Bopping with Niall JP O'Leary

Niall O'Leary insists on sharing his hare-brained notions and hysterical emotions. Personal obsessions with cinema, literature, food and alcohol feature regularly.

Thursday, April 28, 2011

Living in a Vacuum

I'm reading John Gribbin's "Science: A History" and enjoying it immensely. But it is making me realise how little basic science I actually know. When I'm finished I have to go back to mathematics too. I wish I'd paid more attention to logarithms, calculus etc. back in school. To think that they could develop so much in the Sixteenth and Seventeenth Centuries while still only formulating basic mathematical syntax (the '+' and '-' symbols were apparently only introduced in 1540, though of course that's not to say Arabian mathematicians didn't have their own approaches).


Monday, April 25, 2011


I'm really starting to get tired of all this superhero stuff.
Just as Ang Lee seemed an odd choice for 'Hulk' (and he was), Kenneth Branagh is not the kind of director you would automatically associate with a Marvel comic book adaptation such as 'Thor'. Funnily enough though, he is more appropriate than any of us had a right to think. Branagh manages to find the 'luvvie' side of Thor; an arrogant, uppercrust toff speaking cod Shakespearean English with a devoted band of jovial warrior friends and a veteran Shakespearean actor for a father (Anthony Hopkins). He is cast out of his privileged life to mix with the plebs (ie. beautiful human scientists like Nathalie Portman). Indeed, with his love of brawling, broad humour and comical arrogance, there is something very Falstaffian about this 'Norse god'. So a bit "Henry V" then. Those perpetually cheery friends add a sprinkling of "Peter's Friends". Loki's sibling machinations echo any number of Shakespearean villains, while wise old king, Odin, offers a good stand-in for Lear. Worst of all though is the general jovial sense of cosy safety that pervades everything. It's 'Much Ado About Nothing' only about nothing.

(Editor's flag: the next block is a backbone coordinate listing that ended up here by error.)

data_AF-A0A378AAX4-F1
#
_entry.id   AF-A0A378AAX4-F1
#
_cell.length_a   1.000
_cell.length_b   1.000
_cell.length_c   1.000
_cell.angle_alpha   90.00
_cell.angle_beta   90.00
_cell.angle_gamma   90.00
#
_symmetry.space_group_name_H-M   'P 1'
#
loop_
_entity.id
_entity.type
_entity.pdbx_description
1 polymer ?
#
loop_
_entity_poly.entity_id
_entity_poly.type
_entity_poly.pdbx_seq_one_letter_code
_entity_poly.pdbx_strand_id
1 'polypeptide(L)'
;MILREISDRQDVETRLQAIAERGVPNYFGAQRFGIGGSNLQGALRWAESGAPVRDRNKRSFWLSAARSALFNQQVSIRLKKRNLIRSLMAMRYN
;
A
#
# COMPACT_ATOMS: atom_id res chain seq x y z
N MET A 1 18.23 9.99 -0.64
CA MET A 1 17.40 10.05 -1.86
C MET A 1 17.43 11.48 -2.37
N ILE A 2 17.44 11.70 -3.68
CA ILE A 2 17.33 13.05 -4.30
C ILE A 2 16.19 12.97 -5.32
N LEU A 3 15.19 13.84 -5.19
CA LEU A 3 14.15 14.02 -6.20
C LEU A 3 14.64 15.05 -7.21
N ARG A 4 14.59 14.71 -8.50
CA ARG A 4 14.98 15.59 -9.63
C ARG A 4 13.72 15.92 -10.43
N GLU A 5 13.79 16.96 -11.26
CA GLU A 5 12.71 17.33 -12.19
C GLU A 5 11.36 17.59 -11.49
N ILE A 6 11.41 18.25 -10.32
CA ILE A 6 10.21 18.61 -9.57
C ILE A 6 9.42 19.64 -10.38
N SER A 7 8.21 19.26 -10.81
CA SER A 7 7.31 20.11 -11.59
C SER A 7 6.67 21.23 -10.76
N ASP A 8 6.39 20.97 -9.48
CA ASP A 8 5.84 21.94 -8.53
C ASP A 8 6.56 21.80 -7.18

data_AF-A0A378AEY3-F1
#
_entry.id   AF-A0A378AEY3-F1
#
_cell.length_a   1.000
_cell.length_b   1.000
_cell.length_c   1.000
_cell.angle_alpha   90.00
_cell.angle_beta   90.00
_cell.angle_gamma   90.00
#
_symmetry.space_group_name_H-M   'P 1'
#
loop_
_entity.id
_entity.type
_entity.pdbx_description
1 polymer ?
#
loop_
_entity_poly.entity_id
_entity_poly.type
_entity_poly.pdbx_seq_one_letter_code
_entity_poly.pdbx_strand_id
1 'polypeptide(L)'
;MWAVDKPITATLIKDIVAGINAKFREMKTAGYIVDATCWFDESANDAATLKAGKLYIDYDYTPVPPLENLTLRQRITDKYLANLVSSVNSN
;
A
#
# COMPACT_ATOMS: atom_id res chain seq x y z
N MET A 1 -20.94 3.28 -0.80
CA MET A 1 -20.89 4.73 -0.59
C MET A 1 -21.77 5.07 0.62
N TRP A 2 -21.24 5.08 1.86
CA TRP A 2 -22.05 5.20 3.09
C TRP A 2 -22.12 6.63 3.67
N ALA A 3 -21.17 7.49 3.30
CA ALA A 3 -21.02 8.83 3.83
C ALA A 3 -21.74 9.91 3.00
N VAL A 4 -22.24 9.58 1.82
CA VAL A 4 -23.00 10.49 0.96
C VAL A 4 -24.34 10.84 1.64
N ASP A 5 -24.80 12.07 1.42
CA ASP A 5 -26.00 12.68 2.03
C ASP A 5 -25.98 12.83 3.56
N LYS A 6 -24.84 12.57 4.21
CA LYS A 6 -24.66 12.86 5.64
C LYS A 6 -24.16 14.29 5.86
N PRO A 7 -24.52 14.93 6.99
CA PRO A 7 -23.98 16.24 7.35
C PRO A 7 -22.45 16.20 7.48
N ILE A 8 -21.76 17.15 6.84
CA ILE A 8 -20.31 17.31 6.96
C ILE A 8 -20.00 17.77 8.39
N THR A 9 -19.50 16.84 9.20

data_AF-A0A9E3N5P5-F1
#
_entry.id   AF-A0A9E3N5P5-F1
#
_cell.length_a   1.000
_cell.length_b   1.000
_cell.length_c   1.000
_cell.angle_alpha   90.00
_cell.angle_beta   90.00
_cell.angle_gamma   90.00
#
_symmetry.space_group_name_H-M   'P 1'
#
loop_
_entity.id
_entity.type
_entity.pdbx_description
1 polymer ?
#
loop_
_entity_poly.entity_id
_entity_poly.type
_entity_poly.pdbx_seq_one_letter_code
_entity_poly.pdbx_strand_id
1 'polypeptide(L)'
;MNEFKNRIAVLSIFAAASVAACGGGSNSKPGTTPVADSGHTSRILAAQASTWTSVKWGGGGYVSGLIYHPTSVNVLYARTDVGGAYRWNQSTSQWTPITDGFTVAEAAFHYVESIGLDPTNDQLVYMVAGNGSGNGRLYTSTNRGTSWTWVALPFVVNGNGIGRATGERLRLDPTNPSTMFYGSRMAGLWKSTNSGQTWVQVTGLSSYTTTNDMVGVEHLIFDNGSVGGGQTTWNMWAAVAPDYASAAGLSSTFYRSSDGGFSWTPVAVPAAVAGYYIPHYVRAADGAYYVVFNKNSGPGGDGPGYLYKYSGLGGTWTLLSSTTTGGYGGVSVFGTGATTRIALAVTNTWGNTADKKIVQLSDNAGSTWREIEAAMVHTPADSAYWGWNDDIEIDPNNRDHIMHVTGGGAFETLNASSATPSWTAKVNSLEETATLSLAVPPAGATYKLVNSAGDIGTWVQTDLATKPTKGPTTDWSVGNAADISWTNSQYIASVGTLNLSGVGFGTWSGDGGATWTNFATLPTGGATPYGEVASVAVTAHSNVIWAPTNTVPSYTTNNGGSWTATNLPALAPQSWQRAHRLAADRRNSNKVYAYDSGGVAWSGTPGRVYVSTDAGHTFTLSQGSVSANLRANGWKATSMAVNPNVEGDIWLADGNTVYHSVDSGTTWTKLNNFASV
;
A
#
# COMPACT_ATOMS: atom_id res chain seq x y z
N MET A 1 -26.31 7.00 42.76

Which is not to say that for all the shadow of the Bard, that this is anything more than a shallow pantomime. Much as I have liked some of Branagh's directorial work in the past, I always felt he failed to get below the surface, even with a play so foolproof as 'Hamlet'. Here shallowness is the name of the game. Healthy lust masquerades as love, while showy bravado pretends to be courage. The story calls for Thor's character to mature and sure enough he goes from brash and childish to gentle and considerate. That this happens in almost one scene is difficult to accept though. We get no real sense of development, just a sudden shift from one end of the scale to the other. And it is questionable if this change is actually a maturing of character; much as courtly kissing of hands might appeal to some people's sense of romance, isn't that kind of romance just as naive as the brash brawler's bon homie. Only Tom Hiddleston's Loki manages any real depth, and to be fair to the scriptwriters, his character, rather than being made a conventional villain, is given a level of complexity befitting the Norse original. Still, it's more hinted at than properly explored.
I have other minor gripes. Patrick Doyle's music, for instance, is annoying and lacking in any real sense of wonder. I never really liked his work, though Branagh who uses him extensively, obviously does. Here he gives us the requisite bangs and booms, but it's by the book stuff.
The effects didn't impress me either, at least in the Asgard sequences. I have no qualms with CGI, and I don't really object to stylised effects sequences, but here the world of Asgard is so obviously artificial as to warrant comparison with a cartoon. I must qualify that though, by saying that it is a reasonably original conception, and ugly though elements such as the rainbow bridge are, they do chime well with the original myths.
I'm being grumpy and I know it. There is nothing monumentally wrong with 'Thor'. It is good, honest family fare and liable to sell a lot of action figures to kids coming to Norse myths for the first time. Even it's anti-war (or at least tempered militarism) subtext is refreshing in such a mainstream film. But I cannot help but lament the missed opportunities in superhero movies such as this. Comic book superheroes are modern fairy tales and like their earlier predecessors, they navigate notions and emotions otherwise difficult for a young (and sometimes not so young) audience.